Yes, there were two sundogs this morning. What is a sundog?  Bright, colored areas of light beside the sun are known as sun dogs (sometimes written as one word: sundogs). They're often approximately 22 degrees to the left or the right (or both!) and about the same distance above the horizon as the sun.

Sun dogs form when there are ice crystals in high, cold cirrus clouds. They can also form when ice crystals float in the air during extremely cold weather.

Ice crystals in the air act like prisms, bending the sun's rays and refracting them in such a way that sundogs appear. Because of the way that the sun's light gets bent, sun dogs will often appear red on the side closest to the sun with a blue or white tail stretching horizontally away from the sun.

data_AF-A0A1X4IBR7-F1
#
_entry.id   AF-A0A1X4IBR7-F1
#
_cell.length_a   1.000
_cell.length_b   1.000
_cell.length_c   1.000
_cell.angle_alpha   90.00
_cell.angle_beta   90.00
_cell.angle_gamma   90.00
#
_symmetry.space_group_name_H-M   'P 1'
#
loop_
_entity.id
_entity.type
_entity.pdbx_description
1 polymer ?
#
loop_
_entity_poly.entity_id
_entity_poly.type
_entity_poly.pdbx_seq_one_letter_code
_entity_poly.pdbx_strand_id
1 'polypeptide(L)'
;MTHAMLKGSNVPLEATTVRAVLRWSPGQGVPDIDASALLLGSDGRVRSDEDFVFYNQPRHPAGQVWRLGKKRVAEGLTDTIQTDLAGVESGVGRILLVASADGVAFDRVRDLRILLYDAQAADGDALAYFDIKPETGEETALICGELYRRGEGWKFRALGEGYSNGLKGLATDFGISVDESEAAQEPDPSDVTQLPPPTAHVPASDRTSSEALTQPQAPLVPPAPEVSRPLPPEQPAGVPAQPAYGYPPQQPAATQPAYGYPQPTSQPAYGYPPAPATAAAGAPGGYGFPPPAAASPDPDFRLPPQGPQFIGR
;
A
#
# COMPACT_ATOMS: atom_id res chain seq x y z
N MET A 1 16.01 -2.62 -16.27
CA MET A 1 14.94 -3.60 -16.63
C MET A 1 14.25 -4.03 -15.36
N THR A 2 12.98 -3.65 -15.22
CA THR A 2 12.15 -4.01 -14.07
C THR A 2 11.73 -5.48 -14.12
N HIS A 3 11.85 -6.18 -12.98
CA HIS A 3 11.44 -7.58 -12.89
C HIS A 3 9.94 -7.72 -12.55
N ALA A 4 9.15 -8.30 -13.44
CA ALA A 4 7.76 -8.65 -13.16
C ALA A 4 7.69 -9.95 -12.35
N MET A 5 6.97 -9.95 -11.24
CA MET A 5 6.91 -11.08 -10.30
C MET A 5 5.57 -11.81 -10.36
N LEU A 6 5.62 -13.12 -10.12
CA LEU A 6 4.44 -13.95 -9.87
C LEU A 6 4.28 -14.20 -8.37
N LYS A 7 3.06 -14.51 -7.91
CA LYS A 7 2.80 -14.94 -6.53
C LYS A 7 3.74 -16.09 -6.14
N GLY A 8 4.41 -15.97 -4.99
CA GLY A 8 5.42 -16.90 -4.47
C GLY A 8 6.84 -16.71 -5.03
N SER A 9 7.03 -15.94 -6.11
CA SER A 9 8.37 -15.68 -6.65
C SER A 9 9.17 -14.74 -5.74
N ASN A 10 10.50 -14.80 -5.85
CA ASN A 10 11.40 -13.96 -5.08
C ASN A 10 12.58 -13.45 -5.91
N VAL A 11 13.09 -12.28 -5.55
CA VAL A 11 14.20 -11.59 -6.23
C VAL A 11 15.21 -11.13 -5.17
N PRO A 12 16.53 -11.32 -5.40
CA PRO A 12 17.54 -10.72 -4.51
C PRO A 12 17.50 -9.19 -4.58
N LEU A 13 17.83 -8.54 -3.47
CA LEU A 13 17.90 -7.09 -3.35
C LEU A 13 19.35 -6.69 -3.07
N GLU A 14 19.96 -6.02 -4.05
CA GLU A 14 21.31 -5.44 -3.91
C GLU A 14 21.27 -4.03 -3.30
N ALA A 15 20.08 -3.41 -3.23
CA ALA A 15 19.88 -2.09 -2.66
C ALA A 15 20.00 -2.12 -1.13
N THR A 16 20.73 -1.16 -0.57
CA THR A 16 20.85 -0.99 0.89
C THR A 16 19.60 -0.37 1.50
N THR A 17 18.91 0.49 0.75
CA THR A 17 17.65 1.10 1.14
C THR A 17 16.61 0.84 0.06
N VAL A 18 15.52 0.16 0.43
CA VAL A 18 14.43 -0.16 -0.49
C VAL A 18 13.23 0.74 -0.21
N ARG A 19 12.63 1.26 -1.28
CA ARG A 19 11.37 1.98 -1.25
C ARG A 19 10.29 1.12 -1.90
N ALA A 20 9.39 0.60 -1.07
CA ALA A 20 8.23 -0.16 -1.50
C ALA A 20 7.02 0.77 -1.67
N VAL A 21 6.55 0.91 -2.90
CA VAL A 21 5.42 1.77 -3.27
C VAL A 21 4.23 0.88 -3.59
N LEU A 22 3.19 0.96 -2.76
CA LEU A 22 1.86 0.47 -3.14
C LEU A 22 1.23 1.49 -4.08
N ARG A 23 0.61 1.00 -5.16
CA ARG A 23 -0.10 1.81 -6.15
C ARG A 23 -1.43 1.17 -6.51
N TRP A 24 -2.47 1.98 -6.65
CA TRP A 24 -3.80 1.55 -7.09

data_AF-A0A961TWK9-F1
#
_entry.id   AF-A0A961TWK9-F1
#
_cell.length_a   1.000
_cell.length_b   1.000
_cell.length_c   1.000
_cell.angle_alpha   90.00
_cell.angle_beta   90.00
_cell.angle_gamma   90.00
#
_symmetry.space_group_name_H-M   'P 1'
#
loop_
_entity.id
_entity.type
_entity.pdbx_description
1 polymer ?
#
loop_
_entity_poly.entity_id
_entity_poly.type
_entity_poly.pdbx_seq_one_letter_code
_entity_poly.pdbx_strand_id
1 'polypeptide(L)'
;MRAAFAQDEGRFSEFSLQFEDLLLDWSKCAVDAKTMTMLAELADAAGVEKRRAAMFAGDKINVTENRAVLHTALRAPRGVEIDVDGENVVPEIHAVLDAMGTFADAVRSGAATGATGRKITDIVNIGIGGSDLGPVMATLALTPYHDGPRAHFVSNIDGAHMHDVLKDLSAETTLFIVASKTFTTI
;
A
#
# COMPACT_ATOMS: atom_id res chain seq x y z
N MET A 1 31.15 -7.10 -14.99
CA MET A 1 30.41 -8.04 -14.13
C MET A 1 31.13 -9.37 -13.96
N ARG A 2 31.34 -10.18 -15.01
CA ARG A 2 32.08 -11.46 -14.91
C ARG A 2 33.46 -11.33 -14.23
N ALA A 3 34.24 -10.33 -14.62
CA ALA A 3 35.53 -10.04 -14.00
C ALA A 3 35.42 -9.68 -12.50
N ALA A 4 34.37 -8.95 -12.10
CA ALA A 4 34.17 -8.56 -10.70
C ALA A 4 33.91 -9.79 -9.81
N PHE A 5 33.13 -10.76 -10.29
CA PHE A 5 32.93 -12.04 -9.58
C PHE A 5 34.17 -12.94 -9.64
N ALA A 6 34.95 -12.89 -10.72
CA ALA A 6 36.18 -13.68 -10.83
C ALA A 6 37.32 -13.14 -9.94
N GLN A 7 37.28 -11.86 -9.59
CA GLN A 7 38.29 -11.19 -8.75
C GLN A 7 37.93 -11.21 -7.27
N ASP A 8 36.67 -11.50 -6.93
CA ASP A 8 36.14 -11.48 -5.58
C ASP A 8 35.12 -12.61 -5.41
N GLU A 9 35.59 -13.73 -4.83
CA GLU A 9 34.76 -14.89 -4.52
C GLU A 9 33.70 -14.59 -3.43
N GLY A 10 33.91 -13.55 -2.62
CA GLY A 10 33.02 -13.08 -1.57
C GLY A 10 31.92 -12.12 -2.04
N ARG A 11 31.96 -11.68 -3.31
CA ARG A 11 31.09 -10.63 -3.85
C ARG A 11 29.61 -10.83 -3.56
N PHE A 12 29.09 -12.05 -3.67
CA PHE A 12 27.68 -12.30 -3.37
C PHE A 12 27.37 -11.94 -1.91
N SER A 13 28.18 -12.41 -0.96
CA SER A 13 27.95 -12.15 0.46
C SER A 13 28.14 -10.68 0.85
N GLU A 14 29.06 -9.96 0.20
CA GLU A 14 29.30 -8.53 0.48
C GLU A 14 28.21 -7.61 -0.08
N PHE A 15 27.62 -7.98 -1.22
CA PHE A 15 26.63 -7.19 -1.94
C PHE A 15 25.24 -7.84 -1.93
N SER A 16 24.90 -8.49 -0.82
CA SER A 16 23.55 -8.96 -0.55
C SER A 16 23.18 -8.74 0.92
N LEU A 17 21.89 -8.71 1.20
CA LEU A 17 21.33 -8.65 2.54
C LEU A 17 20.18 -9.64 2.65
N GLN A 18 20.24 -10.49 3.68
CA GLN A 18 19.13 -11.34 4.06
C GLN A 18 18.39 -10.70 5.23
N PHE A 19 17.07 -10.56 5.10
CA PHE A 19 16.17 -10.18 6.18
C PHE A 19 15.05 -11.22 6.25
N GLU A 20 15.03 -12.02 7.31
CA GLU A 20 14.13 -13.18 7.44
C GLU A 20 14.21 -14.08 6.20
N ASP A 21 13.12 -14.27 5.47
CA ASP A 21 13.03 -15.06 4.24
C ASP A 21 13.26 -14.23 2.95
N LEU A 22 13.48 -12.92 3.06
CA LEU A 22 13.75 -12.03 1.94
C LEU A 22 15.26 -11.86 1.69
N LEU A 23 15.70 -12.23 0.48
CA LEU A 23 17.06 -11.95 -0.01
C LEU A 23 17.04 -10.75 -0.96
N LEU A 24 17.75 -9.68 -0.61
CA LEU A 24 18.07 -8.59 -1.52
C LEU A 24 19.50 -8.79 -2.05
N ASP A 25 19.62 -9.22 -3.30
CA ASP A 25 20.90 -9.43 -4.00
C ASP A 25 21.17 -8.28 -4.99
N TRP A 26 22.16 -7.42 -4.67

Scientists don't know how the term "sun dog" originated. Historians do know that the term has been around in art and literature for well over a century.

The sun dog phenomenon can also occur at night when the moon is nearly full and particularly bright. These moon dogs aren't seen nearly as often as sun dogs, because the conditions necessary for their formation don't happen very frequently.

If you missed it this morning around 8:30 a.m. I caught both on each side of the sun.